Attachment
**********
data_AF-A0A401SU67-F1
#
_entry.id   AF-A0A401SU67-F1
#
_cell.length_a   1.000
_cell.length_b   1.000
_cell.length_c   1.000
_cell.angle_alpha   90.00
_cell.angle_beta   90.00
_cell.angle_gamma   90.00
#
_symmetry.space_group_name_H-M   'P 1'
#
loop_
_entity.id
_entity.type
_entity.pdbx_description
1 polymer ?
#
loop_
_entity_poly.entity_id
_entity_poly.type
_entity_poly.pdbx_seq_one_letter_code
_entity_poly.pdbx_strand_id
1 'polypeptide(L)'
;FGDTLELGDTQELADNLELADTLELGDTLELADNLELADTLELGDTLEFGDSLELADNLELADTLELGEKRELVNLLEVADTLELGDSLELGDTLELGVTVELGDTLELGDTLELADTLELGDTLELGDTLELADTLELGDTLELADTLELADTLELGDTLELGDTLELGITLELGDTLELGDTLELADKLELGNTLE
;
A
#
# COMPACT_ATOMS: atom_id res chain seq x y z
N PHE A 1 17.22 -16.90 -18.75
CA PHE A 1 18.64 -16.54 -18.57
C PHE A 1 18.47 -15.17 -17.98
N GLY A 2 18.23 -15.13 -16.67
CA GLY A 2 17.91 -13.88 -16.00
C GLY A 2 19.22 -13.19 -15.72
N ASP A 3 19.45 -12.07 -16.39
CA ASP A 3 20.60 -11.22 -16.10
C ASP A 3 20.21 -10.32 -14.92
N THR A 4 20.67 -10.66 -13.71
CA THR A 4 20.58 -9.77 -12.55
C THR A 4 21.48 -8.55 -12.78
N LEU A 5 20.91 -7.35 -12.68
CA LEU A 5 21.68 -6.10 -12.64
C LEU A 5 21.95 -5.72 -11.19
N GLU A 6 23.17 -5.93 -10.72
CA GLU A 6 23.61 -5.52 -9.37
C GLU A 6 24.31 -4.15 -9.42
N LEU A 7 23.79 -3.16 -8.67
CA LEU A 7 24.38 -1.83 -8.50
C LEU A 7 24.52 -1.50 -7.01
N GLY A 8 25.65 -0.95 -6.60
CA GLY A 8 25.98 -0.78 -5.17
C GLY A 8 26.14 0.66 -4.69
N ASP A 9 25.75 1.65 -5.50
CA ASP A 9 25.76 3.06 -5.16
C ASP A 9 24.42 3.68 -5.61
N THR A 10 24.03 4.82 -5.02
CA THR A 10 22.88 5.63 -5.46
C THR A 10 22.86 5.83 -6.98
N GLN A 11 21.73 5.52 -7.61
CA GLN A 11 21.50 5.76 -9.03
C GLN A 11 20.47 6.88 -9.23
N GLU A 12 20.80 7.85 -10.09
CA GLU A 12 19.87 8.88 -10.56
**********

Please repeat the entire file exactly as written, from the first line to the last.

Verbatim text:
data_AF-A0A401SU67-F1
#
_entry.id   AF-A0A401SU67-F1
#
_cell.length_a   1.000
_cell.length_b   1.000
_cell.length_c   1.000
_cell.angle_alpha   90.00
_cell.angle_beta   90.00
_cell.angle_gamma   90.00
#
_symmetry.space_group_name_H-M   'P 1'
#
loop_
_entity.id
_entity.type
_entity.pdbx_description
1 polymer ?
#
loop_
_entity_poly.entity_id
_entity_poly.type
_entity_poly.pdbx_seq_one_letter_code
_entity_poly.pdbx_strand_id
1 'polypeptide(L)'
;FGDTLELGDTQELADNLELADTLELGDTLELADNLELADTLELGDTLEFGDSLELADNLELADTLELGEKRELVNLLEVADTLELGDSLELGDTLELGVTVELGDTLELGDTLELADTLELGDTLELGDTLELADTLELGDTLELADTLELADTLELGDTLELGDTLELGITLELGDTLELGDTLELADKLELGNTLE
;
A
#
# COMPACT_ATOMS: atom_id res chain seq x y z
N PHE A 1 17.22 -16.90 -18.75
CA PHE A 1 18.64 -16.54 -18.57
C PHE A 1 18.47 -15.17 -17.98
N GLY A 2 18.23 -15.13 -16.67
CA GLY A 2 17.91 -13.88 -16.00
C GLY A 2 19.22 -13.19 -15.72
N ASP A 3 19.45 -12.07 -16.39
CA ASP A 3 20.60 -11.22 -16.10
C ASP A 3 20.21 -10.32 -14.92
N THR A 4 20.67 -10.66 -13.71
CA THR A 4 20.58 -9.77 -12.55
C THR A 4 21.48 -8.55 -12.78
N LEU A 5 20.91 -7.35 -12.68
CA LEU A 5 21.68 -6.10 -12.64
C LEU A 5 21.95 -5.72 -11.19
N GLU A 6 23.17 -5.93 -10.72
CA GLU A 6 23.61 -5.52 -9.37
C GLU A 6 24.31 -4.15 -9.42
N LEU A 7 23.79 -3.16 -8.67
CA LEU A 7 24.38 -1.83 -8.50
C LEU A 7 24.52 -1.50 -7.01
N GLY A 8 25.65 -0.95 -6.60
CA GLY A 8 25.98 -0.78 -5.17
C GLY A 8 26.14 0.66 -4.69
N ASP A 9 25.75 1.65 -5.50
CA ASP A 9 25.76 3.06 -5.16
C ASP A 9 24.42 3.68 -5.61
N THR A 10 24.03 4.82 -5.02
CA THR A 10 22.88 5.63 -5.46
C THR A 10 22.86 5.83 -6.98
N GLN A 11 21.73 5.52 -7.61
CA GLN A 11 21.50 5.76 -9.03
C GLN A 11 20.47 6.88 -9.23
N GLU A 12 20.80 7.85 -10.09
CA GLU A 12 19.87 8.88 -10.56